Genes may predict how well the flu vaccine will work in young people

Nine genes are like a crystal ball for those 35 and under, but not older adults


A set of nine genes can signal whether a young adult will have a strong response to the flu vaccine, a new study finds.


A genetic “crystal ball” can predict whether the flu vaccine will work well for certain people.

Nine genes are tied to a strong immune response to the flu vaccine in people 35 and under, a new study finds. If these genes are highly active before vaccination, a person will respond to the flu shot by making lots of antibodies. This is true no matter what flu variety, or strain, is in the vaccine. The response can help a person avoid getting the flu.

Getting a flu shot is the best way to stay healthy during flu season. The U.S. Centers for Disease Control and Prevention estimates that flu vaccines prevented 5.1 million illnesses in the 2015‒2016 season. “The problem is, we don’t know what makes a successful vaccination,” says Purvesh Khatri. He’s an immunologist at Stanford University School of Medicine in California. “The immune system is very personal,” he says.

Khatri and colleagues wondered if a person’s immune system needs to be in a certain state to respond well to the flu vaccine. So the researchers looked at blood samples from 175 people around the United States. They had different genetic backgrounds. They also had gotten the flu shot in different seasons. The scientists searched the blood samples for a common genetic signal. They found nine genes that were especially active in people 35 or under and whose blood showed a strong immune response to the flu vaccine.

After identifying these genes, the team used another 82 blood samples to double-check that the genes predicted a good response to the flu vaccine. Using a variety of samples makes it more likely that this crystal ball will work for many different people in the real world, Khatri says. The researchers reported their findings online August 25 in Science Immunology.

The nine genes make proteins that have various jobs. They do things like telling other proteins where to go and giving structure to cells. Earlier research has tied some of these genes to the immune system. Khatri thinks the new study will lead to more research into how these genes encourage a good vaccine response. And figuring out how to boost the genes may help people who don’t respond strongly to flu vaccines, he says.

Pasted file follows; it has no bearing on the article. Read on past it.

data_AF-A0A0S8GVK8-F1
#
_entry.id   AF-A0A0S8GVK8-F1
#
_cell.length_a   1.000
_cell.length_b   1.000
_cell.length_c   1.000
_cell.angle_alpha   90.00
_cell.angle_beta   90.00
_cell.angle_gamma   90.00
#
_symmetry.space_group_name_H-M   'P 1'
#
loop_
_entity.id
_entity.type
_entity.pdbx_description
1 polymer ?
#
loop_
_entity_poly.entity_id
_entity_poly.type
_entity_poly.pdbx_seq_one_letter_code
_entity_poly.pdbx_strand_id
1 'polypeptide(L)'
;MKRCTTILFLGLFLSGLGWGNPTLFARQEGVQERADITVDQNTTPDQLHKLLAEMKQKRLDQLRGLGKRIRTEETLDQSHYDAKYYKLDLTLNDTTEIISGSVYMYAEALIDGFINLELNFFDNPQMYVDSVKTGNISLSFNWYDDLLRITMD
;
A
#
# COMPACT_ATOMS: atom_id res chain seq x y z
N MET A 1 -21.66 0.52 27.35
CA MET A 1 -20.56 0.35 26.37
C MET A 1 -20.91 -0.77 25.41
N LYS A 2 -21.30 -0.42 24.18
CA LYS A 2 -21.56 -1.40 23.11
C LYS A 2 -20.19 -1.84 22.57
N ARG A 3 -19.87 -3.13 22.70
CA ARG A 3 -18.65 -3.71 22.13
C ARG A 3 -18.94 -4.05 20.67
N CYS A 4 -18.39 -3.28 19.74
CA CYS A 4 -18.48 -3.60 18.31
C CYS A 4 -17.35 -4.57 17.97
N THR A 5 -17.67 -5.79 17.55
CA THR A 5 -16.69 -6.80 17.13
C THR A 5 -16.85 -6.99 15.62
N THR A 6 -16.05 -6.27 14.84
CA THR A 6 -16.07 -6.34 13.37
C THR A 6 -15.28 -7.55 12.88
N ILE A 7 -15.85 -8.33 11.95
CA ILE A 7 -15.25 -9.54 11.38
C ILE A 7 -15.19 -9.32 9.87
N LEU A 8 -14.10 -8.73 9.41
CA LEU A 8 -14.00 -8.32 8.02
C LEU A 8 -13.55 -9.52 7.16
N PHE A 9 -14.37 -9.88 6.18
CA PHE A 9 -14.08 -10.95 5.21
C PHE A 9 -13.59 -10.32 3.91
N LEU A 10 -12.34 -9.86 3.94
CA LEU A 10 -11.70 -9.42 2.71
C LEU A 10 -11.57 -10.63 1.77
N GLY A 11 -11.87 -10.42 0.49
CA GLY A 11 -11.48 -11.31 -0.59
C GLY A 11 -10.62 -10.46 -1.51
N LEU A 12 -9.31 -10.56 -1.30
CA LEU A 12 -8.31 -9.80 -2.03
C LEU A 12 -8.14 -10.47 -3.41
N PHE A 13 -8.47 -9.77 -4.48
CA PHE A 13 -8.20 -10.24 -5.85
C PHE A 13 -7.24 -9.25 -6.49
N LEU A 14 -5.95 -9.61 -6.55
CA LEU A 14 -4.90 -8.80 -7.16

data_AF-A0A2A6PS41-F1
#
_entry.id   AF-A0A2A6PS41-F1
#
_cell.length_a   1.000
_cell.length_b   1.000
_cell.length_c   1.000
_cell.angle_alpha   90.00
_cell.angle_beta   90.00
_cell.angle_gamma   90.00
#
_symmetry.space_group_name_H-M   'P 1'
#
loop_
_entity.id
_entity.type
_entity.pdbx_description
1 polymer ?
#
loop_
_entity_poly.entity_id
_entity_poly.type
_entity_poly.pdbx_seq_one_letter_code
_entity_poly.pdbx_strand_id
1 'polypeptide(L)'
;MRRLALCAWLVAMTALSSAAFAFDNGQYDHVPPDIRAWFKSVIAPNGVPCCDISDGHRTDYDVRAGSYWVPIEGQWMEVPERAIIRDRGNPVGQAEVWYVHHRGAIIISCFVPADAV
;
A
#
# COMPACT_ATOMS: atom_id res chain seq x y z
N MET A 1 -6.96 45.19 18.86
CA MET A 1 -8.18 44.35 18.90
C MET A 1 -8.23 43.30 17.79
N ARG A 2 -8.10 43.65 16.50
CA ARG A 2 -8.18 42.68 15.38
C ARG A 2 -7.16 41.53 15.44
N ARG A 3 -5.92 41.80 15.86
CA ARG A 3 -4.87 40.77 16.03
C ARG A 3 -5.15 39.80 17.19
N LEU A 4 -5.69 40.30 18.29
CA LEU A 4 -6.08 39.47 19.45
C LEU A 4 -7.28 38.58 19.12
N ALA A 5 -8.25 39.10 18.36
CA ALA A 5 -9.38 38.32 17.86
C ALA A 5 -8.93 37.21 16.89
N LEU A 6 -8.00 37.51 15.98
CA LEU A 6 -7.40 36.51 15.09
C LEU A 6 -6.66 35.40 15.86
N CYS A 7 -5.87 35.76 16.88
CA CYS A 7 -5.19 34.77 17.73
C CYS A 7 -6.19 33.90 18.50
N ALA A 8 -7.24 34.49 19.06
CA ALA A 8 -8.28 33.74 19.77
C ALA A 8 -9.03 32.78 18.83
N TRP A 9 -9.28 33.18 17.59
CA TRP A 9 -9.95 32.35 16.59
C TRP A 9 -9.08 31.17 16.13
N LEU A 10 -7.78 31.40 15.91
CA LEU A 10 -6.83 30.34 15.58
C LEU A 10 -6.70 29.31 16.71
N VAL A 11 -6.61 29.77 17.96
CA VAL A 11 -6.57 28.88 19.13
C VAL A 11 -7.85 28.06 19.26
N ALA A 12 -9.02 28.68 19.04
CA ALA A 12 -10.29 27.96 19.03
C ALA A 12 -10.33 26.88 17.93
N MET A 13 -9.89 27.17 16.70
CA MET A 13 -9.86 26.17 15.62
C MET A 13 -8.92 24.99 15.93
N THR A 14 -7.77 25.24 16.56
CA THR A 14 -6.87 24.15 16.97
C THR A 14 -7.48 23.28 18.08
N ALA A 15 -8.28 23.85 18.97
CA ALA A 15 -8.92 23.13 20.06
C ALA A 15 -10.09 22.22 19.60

The research team looked for a similar set of genes in people aged 60 and over. In older people, the flu is more likely to lead to serious complications, such as a lung disease known as pneumonia. But the scientists couldn’t find a set of genes in this group that predicted flu-vaccine responses.

Even so, the study is “a step in the right direction,” says Elias Haddad. He’s an immunologist at Drexel University College of Medicine in Philadelphia, Pa. He was not part of the new research. Maybe a simple test before a vaccination could help predict who will respond well to the flu shot, he says.

As for finding a genetic crystal ball for older adults, “there’s still hope that we’ll be able to,” says Raphael Gottardo. He’s a computational biologist at the Fred Hutchinson Cancer Research Center in Seattle, Wash. He worked on the new study. Older people have a wider range of responses to the flu vaccine than do younger people, he says. That means it may take a larger group of samples to find a genetic pattern.

It will also take more research to learn whether the nine genes predict a strong response for all vaccines, or just the flu shot, Haddad says. “There is a long way to go here.”

Aimee Cunningham is the biomedical writer at Science News. She has a master’s degree in science journalism from New York University.

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